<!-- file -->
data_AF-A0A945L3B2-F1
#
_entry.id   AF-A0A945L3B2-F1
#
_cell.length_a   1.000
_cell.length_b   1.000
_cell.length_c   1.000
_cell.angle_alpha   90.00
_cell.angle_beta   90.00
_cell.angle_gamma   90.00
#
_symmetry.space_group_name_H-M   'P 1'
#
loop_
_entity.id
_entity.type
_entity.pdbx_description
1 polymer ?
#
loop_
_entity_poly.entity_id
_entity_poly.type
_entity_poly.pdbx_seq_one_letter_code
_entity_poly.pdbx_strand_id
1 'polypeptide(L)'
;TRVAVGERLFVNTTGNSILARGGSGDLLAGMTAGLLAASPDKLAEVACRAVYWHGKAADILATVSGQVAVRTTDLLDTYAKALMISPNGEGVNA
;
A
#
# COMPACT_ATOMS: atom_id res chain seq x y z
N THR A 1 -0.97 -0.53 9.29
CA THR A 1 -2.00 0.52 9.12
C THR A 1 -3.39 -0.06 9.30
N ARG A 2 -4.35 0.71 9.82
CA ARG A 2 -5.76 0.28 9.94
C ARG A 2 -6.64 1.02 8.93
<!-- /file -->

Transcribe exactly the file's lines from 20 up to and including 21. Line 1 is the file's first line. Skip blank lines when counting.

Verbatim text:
loop_
_entity_poly.entity_id